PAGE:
Something we had not taken into account at this point in the drive was the elevation profile of our route. That is, how many vertical feet are we going to have to travel. Well, turns out highway 97C into Kelowna is absolutely ridiculous. For a solid hour and half the bus was traveling at 20-25 mph up the longest, steepest mountain pass I had ever been on. Then we reached the peak, and went downhill the same amount in about 1/4 the distance. Do you know what a 9 ton bus feels like when it goes 80mph? You don’t want to.
We rolled into Kelowna at around 9:30pm. What time did I say that we would arrive? 9. How far away were we still? About 30 minutes. I called the RV Park and Larry, the owner, wasn’t very happy when I said we were still half an hour away, but he said he would still accept us. So we grabbed gas, some food, dropped off the hitch hikers and sped to Woodlake (literally). We pulled up to the smallest, quietest, most densely packed RV park we had ever seen, and if you know anything about the bus, especially with our now permanently-engaged radiator fan, it’s NOT quiet. The following was probably the most embarrassing moment of any of our lives to date.
Jared pulled in, bus a’rumblin, and I immediately jumped out and headed towards the dark office. I stopped at the door, confused. Then an older, mid-60s, man walks out of the trailer next to the office, looks at the bus, looks at me, and then looks back the bus and just says “Are you serious?”. I explained that yes, we were serious, and that I had a reservation. He had no idea what I was talking about. I said I just called and said we were late, and that jogged his memory (who else would it be?). Jared at this point, turned off the bus so as not to wake people up while I went in and paid. Once the paperwork was out of the way, I said goodnight to Larry and crawled back into the bus red in the face. I told Jared where the spot was, and he turned the bus back on. But it wouldn’t move. The parking brake wouldn’t disengage. All we could think was why, of all times, why was it now that something new had to break on the bus?? Zach leaned over and looked at the dash and realized that the brake wouldn’t disengage because Jared had bled too much air out of the air brake system holding the bus in place. So we had to wait. We had to sit there, bus idling, radiator fan roaring, with Larry staring at us out his window, while the air system refilled. Please take me anywhere else. After what seemed like 2o minutes (45 seconds) we inched up the short steep hill (which involved reving the engine quite hard), and then put in reverse to back into our spot. The bus has backup beepers. Jared pulled back then threw it in neutral and turned it off as fast a possible. For the next 20 minutes we sad quietly in the bus waiting for Larry to come up and tells we had to leave. He never did.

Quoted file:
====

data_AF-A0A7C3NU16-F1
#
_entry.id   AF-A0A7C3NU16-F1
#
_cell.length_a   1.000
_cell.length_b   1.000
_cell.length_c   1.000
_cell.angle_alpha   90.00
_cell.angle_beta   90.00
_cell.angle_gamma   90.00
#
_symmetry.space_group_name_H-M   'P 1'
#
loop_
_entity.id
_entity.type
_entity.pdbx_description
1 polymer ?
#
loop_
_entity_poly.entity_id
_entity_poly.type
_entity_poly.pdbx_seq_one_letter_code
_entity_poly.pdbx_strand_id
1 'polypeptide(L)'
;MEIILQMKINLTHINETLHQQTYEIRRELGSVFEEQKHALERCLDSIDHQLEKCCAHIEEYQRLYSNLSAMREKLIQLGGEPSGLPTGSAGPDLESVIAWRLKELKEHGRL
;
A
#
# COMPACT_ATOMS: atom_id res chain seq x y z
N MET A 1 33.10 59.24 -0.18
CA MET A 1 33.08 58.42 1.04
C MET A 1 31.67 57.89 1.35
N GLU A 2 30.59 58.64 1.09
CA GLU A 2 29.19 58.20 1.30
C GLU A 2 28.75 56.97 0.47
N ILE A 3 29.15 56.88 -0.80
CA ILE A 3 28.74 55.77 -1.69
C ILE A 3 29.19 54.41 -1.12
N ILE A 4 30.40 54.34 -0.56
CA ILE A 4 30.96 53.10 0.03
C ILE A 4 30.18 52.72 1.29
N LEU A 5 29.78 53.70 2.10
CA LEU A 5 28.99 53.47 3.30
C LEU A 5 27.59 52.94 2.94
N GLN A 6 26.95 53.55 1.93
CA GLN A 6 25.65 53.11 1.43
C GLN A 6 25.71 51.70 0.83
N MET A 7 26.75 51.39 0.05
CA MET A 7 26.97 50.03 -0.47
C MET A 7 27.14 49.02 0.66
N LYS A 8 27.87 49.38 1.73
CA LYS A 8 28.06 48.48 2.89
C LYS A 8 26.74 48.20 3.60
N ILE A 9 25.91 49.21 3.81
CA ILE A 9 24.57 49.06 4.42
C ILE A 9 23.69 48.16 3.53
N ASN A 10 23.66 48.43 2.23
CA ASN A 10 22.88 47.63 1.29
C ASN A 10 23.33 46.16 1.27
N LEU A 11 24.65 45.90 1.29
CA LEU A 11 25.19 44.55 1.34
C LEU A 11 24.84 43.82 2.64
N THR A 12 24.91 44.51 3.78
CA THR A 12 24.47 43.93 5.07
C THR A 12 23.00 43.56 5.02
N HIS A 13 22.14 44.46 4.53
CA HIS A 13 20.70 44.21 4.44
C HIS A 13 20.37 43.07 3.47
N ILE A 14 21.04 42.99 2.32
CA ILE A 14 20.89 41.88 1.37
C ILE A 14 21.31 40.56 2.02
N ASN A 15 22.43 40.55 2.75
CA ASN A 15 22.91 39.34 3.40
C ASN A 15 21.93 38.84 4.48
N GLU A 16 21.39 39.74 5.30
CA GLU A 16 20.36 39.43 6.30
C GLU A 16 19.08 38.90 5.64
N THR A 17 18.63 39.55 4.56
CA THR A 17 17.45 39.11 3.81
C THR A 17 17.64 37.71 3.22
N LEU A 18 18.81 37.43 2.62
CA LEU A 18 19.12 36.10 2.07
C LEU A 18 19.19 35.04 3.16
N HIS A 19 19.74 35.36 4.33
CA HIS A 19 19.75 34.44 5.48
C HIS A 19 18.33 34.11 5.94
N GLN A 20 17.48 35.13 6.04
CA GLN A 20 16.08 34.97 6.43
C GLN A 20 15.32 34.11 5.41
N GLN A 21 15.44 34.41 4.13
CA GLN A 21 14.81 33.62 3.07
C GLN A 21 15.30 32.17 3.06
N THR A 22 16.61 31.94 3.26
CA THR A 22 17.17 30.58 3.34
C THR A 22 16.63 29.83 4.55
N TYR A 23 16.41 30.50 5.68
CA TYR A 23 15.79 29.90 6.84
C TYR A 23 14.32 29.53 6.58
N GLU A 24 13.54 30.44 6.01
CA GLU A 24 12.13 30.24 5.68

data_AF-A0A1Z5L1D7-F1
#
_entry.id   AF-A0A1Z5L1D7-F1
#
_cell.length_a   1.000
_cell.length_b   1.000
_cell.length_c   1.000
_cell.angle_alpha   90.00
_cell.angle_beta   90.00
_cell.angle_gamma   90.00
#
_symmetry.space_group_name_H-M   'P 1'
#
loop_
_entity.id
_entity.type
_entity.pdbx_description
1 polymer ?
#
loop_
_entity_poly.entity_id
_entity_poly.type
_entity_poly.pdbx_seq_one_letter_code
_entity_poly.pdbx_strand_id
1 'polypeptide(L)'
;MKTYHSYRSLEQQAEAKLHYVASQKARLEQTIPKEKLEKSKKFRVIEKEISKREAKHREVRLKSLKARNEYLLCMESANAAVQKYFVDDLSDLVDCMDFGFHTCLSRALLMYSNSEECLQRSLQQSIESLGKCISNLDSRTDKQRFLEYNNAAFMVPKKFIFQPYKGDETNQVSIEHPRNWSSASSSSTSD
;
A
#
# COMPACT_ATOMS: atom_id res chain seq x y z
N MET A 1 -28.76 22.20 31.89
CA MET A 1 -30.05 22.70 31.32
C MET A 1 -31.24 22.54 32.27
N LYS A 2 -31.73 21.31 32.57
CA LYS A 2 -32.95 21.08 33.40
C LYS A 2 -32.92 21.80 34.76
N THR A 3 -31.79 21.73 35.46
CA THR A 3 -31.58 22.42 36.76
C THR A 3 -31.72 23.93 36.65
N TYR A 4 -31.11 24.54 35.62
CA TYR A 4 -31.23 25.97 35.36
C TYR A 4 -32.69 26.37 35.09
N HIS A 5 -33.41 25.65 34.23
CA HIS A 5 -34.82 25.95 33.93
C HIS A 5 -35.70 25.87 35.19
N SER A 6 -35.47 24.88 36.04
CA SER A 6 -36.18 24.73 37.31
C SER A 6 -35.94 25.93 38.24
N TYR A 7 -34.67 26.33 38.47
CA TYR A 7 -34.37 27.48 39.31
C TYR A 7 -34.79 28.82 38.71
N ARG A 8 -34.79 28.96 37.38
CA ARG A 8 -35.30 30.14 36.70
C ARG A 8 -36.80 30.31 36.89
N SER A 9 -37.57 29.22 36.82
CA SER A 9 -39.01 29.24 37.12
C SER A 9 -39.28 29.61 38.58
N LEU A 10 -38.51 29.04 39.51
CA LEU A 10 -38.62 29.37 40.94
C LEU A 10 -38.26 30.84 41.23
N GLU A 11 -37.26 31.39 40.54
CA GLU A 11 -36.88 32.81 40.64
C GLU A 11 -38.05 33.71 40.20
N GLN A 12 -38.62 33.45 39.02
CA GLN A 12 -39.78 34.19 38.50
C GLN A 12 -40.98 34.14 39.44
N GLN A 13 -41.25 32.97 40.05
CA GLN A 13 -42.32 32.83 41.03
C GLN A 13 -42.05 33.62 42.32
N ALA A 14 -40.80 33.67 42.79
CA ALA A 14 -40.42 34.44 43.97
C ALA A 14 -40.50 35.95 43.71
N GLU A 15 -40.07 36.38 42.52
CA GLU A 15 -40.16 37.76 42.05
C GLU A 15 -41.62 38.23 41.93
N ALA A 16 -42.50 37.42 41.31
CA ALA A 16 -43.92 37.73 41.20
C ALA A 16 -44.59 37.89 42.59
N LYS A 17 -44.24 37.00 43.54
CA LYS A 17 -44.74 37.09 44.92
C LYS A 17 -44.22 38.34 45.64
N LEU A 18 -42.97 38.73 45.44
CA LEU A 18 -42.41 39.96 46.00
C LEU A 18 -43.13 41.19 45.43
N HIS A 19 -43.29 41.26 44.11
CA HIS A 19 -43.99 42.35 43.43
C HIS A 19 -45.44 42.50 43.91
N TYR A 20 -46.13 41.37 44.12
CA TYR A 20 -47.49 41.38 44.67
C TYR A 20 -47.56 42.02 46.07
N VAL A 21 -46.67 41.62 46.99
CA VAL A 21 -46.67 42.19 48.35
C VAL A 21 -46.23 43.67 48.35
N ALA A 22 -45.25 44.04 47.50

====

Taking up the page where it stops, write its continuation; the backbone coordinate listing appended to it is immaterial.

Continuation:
In all the embarrassment I neglected to ask Larry for the wifi password before we had parted ways and we wanted to update this blog, so Jared went and asked the only two people in the complex that were awake, a couple playing cards on on the other side of the road. Their names were Jamie and Kelsey, and they didn’t have the wifi password, but they invited us to come down and drink with them as they had been laughing at us as we pulled in. We joined them and spent the next two or three hours swapping stories about our travels, and wow, we thought our trip had some surprises built in (they were out here from Calgary). Before going to bed we learned that the highway to Osoyoos had been closed because of the fires in North Washington so we never would have made it there anyway (thanks for the suggestion cute Canadian girls!)
More of Canada tomorrow as we head east towards Glacier National Park.